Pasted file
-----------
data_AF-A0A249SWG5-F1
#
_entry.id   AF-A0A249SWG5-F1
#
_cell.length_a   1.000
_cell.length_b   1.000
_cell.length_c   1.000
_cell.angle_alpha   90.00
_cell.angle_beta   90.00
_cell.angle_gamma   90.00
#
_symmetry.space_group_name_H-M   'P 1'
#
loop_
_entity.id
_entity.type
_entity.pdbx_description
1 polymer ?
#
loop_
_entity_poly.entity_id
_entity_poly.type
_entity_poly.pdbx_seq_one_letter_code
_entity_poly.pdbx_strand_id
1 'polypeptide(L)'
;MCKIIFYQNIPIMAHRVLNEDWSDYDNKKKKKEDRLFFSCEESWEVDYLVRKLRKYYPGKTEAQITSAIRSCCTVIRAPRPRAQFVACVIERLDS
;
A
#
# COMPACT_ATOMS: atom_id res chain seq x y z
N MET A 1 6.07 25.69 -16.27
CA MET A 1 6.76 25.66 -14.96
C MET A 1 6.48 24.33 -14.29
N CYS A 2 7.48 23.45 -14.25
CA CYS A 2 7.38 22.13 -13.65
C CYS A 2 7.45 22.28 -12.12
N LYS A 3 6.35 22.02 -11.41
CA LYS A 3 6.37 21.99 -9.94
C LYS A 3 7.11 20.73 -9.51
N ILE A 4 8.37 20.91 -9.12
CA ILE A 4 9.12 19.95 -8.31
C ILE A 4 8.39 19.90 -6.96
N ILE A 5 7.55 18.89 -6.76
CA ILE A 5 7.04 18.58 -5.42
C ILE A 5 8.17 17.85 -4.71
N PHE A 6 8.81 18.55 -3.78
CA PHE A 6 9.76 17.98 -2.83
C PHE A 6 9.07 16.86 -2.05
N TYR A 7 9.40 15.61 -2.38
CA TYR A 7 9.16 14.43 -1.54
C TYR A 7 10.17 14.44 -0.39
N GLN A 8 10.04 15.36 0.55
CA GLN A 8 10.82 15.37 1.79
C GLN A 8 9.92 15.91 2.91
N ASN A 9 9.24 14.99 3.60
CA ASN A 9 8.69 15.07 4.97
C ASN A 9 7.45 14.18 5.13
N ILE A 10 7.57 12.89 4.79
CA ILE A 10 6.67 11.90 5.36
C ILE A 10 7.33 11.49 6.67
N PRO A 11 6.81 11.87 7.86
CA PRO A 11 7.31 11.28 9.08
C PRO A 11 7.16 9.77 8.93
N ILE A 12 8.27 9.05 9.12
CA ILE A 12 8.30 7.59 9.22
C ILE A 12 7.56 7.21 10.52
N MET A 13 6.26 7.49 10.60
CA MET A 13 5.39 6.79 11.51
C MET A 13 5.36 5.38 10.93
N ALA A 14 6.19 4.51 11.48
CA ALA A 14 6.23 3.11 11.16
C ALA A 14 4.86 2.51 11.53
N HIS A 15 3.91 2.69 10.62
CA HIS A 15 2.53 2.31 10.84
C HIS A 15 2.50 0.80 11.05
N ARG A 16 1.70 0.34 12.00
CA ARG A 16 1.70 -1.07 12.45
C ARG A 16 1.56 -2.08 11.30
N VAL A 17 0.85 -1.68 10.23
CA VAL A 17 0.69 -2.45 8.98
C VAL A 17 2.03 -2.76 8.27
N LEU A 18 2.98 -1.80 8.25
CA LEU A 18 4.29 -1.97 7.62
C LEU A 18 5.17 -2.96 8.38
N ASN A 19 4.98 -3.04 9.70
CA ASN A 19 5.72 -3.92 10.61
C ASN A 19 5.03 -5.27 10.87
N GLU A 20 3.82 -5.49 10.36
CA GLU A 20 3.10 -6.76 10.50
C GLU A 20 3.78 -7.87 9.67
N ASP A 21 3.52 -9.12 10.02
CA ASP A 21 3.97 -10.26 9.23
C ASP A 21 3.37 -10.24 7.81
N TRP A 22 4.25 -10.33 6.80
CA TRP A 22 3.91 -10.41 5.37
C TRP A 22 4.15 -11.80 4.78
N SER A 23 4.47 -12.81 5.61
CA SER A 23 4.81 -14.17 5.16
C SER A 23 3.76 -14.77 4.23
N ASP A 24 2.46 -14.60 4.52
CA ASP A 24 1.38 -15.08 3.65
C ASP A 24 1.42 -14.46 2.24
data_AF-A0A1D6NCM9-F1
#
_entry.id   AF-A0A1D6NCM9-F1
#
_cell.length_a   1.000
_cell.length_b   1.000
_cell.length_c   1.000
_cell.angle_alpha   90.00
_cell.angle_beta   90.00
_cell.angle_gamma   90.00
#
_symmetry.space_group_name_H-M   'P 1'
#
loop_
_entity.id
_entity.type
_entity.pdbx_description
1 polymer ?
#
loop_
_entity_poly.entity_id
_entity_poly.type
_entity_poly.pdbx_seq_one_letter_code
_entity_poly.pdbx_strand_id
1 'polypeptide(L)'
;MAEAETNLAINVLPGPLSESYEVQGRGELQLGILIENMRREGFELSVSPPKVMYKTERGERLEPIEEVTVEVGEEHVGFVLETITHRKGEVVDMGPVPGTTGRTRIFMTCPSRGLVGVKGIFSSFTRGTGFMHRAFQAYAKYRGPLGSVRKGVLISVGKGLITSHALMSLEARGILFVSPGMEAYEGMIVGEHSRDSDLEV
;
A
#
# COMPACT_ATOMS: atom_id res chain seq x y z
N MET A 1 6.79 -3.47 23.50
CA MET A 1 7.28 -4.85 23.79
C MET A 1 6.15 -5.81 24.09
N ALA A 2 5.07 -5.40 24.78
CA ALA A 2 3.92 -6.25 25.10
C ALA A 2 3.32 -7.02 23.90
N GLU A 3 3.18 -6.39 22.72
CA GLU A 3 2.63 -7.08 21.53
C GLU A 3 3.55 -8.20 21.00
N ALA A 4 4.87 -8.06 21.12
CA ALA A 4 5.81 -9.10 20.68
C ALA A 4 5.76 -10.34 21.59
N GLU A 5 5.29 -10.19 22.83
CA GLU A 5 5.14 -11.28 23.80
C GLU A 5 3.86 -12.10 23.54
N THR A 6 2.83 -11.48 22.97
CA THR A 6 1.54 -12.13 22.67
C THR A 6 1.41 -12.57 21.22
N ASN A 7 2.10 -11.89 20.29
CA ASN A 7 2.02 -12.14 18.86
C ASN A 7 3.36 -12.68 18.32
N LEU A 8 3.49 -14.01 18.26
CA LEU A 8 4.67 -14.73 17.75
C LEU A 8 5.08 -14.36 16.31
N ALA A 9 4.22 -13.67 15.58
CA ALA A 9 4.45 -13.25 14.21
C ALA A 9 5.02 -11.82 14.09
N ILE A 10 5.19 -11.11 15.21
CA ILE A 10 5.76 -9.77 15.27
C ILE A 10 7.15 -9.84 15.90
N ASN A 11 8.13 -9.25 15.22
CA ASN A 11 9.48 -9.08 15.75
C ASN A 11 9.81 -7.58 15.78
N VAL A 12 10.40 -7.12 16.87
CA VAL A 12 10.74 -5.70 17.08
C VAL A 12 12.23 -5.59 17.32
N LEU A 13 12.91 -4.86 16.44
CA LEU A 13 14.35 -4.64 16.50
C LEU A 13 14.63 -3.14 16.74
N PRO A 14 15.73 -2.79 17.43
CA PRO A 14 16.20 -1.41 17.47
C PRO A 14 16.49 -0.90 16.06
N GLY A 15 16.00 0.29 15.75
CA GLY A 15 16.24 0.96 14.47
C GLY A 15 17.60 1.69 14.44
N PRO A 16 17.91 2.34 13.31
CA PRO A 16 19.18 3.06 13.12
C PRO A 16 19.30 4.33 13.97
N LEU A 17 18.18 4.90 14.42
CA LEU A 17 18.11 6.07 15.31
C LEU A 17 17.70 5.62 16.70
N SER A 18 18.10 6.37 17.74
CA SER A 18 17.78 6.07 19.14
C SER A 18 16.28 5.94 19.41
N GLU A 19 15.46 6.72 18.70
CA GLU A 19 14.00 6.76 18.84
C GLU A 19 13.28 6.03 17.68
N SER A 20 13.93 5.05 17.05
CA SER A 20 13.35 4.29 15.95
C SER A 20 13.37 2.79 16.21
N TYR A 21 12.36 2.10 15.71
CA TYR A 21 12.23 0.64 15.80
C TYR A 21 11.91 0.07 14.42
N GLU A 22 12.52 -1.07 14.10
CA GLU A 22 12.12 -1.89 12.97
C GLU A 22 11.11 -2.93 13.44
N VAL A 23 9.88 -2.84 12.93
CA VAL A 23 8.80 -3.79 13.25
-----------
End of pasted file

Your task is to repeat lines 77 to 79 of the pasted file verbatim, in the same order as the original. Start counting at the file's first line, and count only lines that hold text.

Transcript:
CA ARG A 16 1.70 -1.07 12.45
C ARG A 16 1.56 -2.08 11.30
N VAL A 17 0.85 -1.68 10.23